Kmart, an Australian chain of department stores owned by the Kmart Group division of Wesfarmers, and Bunnings, an Australian household hardware chain, has recently halted the use facial recognition technology in their store following an inquiry from Australia's privacy regulator OAIC (Office of the Australian Information Commissioner).
The probe comes after Consumer group Choice earlier revealed that Kmart and Bunnings were using the technology that clicks the images of people's faces via video cameras as a unique faceprint.
This faceprint is stored and used to compare with other faceprints, which according to the firms is an initiative for safeguarding the customers and staff and reducing theft in selected stores.
Presently, both firms are being investigated by the OAIC for using the technology and to discover if it complies with the privacy laws.
Mike Schneider, Managing Director of Bunnings, said that the company has confirmed to the OAIC that it had halted using the technology. He further blamed Choice for mischaracterizing the issue by notifying that the technology was used only for identifying the people who have been prohibited from entering Bunnings store.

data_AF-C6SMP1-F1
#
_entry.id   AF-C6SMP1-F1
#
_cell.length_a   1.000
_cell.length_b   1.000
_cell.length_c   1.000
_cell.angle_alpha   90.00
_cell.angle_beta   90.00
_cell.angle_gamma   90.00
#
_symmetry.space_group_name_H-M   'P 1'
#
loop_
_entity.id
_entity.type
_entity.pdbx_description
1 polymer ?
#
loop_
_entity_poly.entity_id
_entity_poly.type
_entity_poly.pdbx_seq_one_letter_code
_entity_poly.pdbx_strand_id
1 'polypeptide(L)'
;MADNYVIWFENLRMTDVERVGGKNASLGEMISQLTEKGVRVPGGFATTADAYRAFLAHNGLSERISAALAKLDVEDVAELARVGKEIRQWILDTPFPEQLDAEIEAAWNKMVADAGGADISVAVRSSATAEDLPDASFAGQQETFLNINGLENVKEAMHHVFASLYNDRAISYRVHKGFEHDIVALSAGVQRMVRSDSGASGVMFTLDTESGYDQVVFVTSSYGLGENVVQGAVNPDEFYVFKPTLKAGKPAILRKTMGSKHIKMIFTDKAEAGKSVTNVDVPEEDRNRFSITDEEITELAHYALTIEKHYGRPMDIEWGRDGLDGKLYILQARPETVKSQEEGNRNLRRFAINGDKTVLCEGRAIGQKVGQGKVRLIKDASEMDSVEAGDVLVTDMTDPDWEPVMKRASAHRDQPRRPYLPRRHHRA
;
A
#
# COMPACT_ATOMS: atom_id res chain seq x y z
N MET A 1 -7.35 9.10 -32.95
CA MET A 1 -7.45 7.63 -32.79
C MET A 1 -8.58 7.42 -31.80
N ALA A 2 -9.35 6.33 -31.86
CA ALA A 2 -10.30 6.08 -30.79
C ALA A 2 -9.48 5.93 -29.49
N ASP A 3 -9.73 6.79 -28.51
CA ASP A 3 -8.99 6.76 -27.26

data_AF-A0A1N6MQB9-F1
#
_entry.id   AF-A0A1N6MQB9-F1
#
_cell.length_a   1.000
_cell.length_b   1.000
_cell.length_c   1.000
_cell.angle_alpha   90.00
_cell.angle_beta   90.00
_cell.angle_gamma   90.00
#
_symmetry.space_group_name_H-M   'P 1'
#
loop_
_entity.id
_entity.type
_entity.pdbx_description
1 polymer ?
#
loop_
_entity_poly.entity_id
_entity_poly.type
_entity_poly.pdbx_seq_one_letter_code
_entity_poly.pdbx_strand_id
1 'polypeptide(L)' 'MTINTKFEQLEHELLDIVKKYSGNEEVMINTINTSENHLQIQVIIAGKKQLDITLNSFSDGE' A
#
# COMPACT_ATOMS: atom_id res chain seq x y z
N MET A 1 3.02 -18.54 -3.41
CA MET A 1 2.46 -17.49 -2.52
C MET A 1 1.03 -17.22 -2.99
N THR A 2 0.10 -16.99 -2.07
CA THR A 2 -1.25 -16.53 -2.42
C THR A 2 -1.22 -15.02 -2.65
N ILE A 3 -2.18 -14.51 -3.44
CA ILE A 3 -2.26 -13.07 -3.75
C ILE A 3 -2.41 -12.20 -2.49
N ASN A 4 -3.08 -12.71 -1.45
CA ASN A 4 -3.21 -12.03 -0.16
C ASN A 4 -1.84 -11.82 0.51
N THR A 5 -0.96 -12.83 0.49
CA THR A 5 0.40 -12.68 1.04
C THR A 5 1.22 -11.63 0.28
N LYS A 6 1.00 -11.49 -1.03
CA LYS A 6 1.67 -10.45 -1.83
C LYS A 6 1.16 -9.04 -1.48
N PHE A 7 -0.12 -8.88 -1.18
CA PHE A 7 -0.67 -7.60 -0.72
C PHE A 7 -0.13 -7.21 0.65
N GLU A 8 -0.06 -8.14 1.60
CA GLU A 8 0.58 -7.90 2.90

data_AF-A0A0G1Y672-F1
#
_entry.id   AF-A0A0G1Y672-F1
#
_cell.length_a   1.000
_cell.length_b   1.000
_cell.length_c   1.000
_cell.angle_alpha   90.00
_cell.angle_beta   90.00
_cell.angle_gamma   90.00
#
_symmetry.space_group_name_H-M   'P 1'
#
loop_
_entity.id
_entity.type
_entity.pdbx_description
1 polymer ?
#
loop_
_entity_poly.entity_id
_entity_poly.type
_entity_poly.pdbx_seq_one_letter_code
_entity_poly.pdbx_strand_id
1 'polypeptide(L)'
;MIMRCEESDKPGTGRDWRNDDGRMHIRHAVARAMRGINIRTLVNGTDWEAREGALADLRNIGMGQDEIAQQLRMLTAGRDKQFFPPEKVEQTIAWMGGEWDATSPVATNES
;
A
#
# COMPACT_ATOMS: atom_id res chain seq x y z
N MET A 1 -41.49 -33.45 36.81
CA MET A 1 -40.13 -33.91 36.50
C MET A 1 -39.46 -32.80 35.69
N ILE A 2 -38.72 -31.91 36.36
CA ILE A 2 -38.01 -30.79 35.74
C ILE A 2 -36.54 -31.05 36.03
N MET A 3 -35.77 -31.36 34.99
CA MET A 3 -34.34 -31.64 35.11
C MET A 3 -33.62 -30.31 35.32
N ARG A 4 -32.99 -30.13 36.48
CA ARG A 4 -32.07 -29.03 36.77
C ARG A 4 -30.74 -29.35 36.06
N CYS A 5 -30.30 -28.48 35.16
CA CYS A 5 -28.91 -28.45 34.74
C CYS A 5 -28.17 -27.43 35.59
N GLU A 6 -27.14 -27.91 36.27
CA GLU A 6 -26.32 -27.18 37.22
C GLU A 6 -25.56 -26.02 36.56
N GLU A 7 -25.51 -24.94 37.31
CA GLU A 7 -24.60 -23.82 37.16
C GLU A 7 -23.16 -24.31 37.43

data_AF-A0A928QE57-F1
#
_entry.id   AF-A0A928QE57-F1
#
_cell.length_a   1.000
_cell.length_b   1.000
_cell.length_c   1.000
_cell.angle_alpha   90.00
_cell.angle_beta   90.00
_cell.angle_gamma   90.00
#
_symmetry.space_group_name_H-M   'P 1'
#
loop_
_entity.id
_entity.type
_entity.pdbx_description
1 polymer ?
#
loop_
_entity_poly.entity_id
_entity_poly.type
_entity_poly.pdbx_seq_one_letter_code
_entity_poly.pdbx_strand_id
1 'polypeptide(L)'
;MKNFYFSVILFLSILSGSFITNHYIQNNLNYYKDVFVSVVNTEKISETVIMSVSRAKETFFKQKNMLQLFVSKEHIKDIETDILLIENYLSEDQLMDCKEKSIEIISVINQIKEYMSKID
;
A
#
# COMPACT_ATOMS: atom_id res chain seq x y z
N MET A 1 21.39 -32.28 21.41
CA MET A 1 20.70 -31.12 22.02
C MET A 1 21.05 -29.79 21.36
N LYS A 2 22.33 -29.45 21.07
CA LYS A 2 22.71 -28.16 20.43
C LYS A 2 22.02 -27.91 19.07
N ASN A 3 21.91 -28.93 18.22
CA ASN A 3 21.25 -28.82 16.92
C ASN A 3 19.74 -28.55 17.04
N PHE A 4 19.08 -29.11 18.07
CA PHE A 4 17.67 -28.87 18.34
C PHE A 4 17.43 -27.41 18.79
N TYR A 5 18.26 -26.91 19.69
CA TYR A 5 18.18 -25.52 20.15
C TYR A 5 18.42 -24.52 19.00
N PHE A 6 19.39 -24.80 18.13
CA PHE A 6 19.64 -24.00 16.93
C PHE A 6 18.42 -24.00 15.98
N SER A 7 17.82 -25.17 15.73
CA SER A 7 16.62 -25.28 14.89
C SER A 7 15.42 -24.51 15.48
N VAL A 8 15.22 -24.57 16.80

When the customers spit, throw punches, pull weapons, or criticize the team members, the store bans such customers from entering the store.
Facial recognition helps the store to identify customers who are banned and who try to enter the store so that their team can handle the situation better.
Mr. Schneider said that regular customers do not have their images preserved in the system. Although, this technology helps to scan every customer's face against the database of banned customers.
As the firm moved to the new system, the technology was not in use for quite some time at the Bunnings Stores.
Kate Bower, Choice's consumer data advocate, greeted the decision; however, urged that the technology must be stopped permanently.
Source Credit - https://www.theguardian.com/technology/2022/jul/25/bunnings-and-kmart-halt-use-of-facial-recognition-in-stores-as-australian-privacy-watchdog-investigates